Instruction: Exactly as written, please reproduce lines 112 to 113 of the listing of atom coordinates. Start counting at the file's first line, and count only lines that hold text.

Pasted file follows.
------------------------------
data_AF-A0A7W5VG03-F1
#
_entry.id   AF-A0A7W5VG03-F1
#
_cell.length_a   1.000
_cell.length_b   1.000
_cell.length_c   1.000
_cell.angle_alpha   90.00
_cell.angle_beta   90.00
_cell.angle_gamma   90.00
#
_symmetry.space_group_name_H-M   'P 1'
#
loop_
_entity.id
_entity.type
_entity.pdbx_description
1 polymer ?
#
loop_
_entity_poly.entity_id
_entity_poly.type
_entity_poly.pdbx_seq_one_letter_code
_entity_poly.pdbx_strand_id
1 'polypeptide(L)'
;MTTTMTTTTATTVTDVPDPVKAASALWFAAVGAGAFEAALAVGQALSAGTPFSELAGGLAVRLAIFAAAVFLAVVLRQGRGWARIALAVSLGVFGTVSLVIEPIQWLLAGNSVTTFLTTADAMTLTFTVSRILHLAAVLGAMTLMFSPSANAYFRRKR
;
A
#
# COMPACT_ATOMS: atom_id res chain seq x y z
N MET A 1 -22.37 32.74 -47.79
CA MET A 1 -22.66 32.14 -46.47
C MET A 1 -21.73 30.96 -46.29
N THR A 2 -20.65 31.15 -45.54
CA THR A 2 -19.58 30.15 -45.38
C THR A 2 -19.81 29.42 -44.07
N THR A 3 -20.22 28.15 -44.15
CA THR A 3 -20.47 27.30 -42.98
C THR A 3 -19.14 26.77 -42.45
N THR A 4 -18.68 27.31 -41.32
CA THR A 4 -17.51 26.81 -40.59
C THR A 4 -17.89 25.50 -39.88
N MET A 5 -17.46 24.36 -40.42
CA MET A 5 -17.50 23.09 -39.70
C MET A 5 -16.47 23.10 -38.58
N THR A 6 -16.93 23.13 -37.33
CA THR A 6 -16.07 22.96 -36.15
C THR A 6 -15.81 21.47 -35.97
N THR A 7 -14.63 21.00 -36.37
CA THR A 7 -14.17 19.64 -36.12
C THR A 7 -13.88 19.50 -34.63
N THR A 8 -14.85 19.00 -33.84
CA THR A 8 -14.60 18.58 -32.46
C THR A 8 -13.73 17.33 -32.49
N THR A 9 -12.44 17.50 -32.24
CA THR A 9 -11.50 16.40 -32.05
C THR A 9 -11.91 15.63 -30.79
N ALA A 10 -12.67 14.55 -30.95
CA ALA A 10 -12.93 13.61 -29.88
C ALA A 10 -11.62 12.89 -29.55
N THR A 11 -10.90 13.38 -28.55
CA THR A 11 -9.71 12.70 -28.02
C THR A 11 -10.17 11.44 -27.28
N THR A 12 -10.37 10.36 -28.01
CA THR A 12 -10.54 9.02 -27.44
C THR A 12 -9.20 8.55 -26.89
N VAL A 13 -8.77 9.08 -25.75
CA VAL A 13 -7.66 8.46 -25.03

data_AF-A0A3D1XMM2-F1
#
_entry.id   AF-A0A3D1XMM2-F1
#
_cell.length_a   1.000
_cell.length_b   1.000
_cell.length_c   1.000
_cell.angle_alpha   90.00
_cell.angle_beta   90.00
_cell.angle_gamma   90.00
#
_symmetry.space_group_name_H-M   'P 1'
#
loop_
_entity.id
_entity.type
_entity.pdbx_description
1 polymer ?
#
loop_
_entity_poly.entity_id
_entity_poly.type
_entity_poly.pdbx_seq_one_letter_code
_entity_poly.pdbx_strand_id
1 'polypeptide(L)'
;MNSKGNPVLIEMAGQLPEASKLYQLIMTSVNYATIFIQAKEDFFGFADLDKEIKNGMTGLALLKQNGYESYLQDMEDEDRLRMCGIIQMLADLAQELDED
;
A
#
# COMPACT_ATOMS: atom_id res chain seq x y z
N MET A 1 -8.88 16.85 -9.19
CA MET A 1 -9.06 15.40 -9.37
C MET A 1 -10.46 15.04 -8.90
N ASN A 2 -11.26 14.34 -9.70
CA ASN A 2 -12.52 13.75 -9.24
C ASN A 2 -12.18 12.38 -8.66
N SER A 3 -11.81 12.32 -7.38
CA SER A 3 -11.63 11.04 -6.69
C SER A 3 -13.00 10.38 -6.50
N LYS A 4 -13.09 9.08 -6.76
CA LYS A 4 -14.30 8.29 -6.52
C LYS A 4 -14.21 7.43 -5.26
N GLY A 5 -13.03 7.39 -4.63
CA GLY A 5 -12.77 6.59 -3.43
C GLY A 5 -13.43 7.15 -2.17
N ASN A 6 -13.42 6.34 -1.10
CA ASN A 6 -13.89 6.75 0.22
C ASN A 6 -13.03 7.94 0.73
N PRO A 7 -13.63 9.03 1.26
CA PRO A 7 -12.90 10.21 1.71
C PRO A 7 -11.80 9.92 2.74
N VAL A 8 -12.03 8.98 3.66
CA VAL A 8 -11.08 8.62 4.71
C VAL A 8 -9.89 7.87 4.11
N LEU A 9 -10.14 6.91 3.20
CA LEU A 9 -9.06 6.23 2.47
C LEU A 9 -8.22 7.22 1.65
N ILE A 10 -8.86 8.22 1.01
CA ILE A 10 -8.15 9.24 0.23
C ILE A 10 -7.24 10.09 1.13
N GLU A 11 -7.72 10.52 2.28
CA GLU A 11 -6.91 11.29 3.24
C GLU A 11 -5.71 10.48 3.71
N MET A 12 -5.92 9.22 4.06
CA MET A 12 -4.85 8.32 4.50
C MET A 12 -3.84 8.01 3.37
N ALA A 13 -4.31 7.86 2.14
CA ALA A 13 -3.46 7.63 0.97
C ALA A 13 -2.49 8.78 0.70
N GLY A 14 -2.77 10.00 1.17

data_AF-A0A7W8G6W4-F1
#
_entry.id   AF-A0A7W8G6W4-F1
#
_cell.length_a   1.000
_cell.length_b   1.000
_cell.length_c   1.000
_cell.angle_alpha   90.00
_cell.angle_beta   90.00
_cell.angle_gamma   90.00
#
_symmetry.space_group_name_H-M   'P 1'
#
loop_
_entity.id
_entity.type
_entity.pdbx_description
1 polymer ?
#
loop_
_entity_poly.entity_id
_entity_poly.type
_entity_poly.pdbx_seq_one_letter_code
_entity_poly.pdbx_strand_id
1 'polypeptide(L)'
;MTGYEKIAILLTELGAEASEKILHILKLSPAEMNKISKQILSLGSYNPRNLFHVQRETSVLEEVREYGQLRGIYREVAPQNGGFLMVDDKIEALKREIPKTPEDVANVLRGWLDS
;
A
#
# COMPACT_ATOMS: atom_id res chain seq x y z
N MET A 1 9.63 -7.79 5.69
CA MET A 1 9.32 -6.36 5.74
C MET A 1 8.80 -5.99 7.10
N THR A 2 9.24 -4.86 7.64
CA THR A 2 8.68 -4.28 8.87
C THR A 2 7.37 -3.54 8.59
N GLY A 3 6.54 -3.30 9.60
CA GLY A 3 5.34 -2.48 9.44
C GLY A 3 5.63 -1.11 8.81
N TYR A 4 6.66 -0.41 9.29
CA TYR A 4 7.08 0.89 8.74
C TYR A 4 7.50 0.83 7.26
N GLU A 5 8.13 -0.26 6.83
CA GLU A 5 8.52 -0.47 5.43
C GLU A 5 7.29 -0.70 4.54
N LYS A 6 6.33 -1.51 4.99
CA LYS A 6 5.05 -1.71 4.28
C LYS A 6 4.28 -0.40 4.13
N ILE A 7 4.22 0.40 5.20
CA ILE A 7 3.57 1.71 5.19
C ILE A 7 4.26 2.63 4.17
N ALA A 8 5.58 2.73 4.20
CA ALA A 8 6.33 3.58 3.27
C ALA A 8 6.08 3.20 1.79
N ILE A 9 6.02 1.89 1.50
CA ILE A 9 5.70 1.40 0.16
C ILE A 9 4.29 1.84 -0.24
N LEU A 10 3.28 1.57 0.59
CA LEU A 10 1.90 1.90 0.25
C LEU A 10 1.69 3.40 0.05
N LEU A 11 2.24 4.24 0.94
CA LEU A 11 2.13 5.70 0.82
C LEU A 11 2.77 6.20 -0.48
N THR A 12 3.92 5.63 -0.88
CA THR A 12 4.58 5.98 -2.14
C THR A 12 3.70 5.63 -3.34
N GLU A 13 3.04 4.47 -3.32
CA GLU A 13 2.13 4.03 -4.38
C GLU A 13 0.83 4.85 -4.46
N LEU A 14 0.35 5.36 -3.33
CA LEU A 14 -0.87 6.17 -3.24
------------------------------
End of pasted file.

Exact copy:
CA GLY A 5 -12.77 6.59 -3.43
C GLY A 5 -13.43 7.15 -2.17